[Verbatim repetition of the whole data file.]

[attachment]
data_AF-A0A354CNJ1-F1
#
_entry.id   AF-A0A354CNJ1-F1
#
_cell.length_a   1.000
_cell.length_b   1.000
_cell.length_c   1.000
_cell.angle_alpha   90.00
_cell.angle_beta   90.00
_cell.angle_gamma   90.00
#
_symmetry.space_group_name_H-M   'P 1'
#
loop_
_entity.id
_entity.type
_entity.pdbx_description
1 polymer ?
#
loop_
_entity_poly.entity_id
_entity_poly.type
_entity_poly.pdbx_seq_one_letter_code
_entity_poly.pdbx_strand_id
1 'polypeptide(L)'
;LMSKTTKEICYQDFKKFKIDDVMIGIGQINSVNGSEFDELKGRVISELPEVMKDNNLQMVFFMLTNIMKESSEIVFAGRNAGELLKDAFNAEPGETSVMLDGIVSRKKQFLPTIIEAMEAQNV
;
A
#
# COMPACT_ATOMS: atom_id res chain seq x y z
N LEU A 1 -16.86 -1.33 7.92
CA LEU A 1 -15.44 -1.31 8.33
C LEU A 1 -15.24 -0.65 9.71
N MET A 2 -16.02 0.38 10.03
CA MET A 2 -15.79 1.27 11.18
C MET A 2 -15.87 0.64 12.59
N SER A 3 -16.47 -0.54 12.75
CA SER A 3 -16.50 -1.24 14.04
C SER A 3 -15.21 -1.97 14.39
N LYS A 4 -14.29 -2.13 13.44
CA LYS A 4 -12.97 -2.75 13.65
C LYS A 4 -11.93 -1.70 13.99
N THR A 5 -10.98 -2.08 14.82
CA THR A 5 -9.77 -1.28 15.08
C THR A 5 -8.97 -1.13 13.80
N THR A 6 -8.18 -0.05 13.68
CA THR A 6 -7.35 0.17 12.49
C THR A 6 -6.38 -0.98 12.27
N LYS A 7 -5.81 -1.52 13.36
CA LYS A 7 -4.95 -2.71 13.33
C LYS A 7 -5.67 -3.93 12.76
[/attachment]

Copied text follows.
data_AF-A0A354CNJ1-F1
#
_entry.id   AF-A0A354CNJ1-F1
#
_cell.length_a   1.000
_cell.length_b   1.000
_cell.length_c   1.000
_cell.angle_alpha   90.00
_cell.angle_beta   90.00
_cell.angle_gamma   90.00
#
_symmetry.space_group_name_H-M   'P 1'
#
loop_
_entity.id
_entity.type
_entity.pdbx_description
1 polymer ?
#
loop_
_entity_poly.entity_id
_entity_poly.type
_entity_poly.pdbx_seq_one_letter_code
_entity_poly.pdbx_strand_id
1 'polypeptide(L)'
;LMSKTTKEICYQDFKKFKIDDVMIGIGQINSVNGSEFDELKGRVISELPEVMKDNNLQMVFFMLTNIMKESSEIVFAGRNAGELLKDAFNAEPGETSVMLDGIVSRKKQFLPTIIEAMEAQNV
;
A
#
# COMPACT_ATOMS: atom_id res chain seq x y z
N LEU A 1 -16.86 -1.33 7.92
CA LEU A 1 -15.44 -1.31 8.33
C LEU A 1 -15.24 -0.65 9.71
N MET A 2 -16.02 0.38 10.03
CA MET A 2 -15.79 1.27 11.18
C MET A 2 -15.87 0.64 12.59
N SER A 3 -16.47 -0.54 12.75
CA SER A 3 -16.50 -1.24 14.04
C SER A 3 -15.21 -1.97 14.39
N LYS A 4 -14.29 -2.13 13.44
CA LYS A 4 -12.97 -2.75 13.65
C LYS A 4 -11.93 -1.70 13.99
N THR A 5 -10.98 -2.08 14.82
CA THR A 5 -9.77 -1.28 15.08
C THR A 5 -8.97 -1.13 13.80
N THR A 6 -8.18 -0.05 13.68
CA THR A 6 -7.35 0.17 12.49
C THR A 6 -6.38 -0.98 12.27
N LYS A 7 -5.81 -1.52 13.36
CA LYS A 7 -4.95 -2.71 13.33
C LYS A 7 -5.67 -3.93 12.76